My first fall here I was busy taking classes, but by the next season, the fall of 2007, I  found time to enjoy the beach after summer disappeared. I quickly discovered that fall is the best time to enjoy the beach.  I took this great picture of the beach on October 20, 2007.  The next day I snapped this picture.  I even found this image of the beach taken in December 2007.

Since that fall I have probably spent more time on the beach in the fall than in the summer.  I enjoy the beach in the summer, but if I am not fishing on the beach, I mostly enjoy walking the beaches. You will not find me soaking up the rays on a beach towel.  The months after summer are actually the best times to hike the beaches.  The water is still warm enough for some wading and there is still plenty of light in evening until November. The less humid cooler air is much more favorable to long hikes than the muggies of summer.

On Sunday, November 3, 2013, I found myself headed to the beach late in the afternoon.  With Daylight Savings Time disappearing, I only had an hour or so of daylight left to sample the beach and to try to catch a fish.  It was a pretty warm afternoon and the uniform for my beach hike, a bathing suit and t-shirt, was the same as it is in July or August.  It was not  long before I found myself standing in the surf casting in the edge of the waves.

While the water had a slight chill to it, it certainly was not uncomfortable in short bursts.  There were a few people with waders on the beach, but there were lots more people without them.  I even saw a few people in the water swimming.

That I could be comfortably wading in the surf even the first week in November is a little amazing to me even though I live here.  I still remember seeing a wedding take place in the surf in late October of 2010.  We are several days later than my surf fishing adventure last weekend, and my guess is that even now the water is still warm enough for limited wading with bare legs. It is going to be a different story this weekend as our seventies disappear quickly with a cold front moving into the area.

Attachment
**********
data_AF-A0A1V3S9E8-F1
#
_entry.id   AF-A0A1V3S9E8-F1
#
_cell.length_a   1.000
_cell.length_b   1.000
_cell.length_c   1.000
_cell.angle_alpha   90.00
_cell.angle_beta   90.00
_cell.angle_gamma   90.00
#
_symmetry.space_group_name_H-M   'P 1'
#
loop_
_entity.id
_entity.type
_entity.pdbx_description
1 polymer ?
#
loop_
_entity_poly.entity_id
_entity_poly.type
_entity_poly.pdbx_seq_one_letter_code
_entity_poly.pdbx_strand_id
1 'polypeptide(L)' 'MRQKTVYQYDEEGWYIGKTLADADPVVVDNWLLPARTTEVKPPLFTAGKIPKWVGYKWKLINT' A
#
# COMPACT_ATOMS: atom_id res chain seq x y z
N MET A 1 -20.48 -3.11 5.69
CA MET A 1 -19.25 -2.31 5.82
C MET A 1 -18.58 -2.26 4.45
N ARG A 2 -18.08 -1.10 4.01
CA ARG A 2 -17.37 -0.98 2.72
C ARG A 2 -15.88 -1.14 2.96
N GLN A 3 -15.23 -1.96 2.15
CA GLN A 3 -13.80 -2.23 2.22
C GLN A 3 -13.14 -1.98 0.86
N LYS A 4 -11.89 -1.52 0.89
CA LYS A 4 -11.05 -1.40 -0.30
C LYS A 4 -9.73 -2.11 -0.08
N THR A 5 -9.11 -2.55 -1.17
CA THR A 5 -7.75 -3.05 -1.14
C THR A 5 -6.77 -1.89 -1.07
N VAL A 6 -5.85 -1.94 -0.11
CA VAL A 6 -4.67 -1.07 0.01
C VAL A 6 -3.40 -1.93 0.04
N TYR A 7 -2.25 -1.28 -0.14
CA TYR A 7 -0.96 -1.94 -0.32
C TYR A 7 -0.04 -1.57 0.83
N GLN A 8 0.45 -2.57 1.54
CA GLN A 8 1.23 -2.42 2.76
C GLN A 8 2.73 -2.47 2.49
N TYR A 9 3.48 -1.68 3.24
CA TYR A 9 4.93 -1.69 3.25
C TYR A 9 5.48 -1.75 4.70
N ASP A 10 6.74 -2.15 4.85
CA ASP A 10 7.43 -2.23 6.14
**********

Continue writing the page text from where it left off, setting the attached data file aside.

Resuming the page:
While our fall weather sometimes has a day of showers interspersed with sunny days, there are plenty of nice days for those of us who live close to the beach.  They get harder to find as we get into January.  While we might be done with the 70s for a while after November 7, we have had a good run of weather and it will take a while for the water to cool off.

As we wait for the water to cool own,  I am looking forward to several more November beach days and even a few in December and January.  For awhile, I lived in sight of some beautiful waters near the coast of eastern Canada.  The water was beautiful to look at, but not so nice if you wanted to go for a swim or even wade in it during the middle of summer.  I have comfortably waded in the waters here even in late March.  Our beach season is amazingly long.

We are lucky here on the Southern Outer Banks.  We have beautiful scenery, clean waters, and warm water.  It is a combination that is hard to beat.  You can get an idea of how beautiful our beaches are in November my checking out this online photo album that I made from pictures taken on the beach at the Point on November 3, 2013. If you are unfamiliar with the area, a combination of this area map and  this local map will give you an idea of the location of the Point.

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A Great Big Coastal River

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Jones Island in the White Oak River

White Oak River

For most of my life I have been in love with the water.  For the last seven years or so it might be more accurate to say that I have been smitten by the water.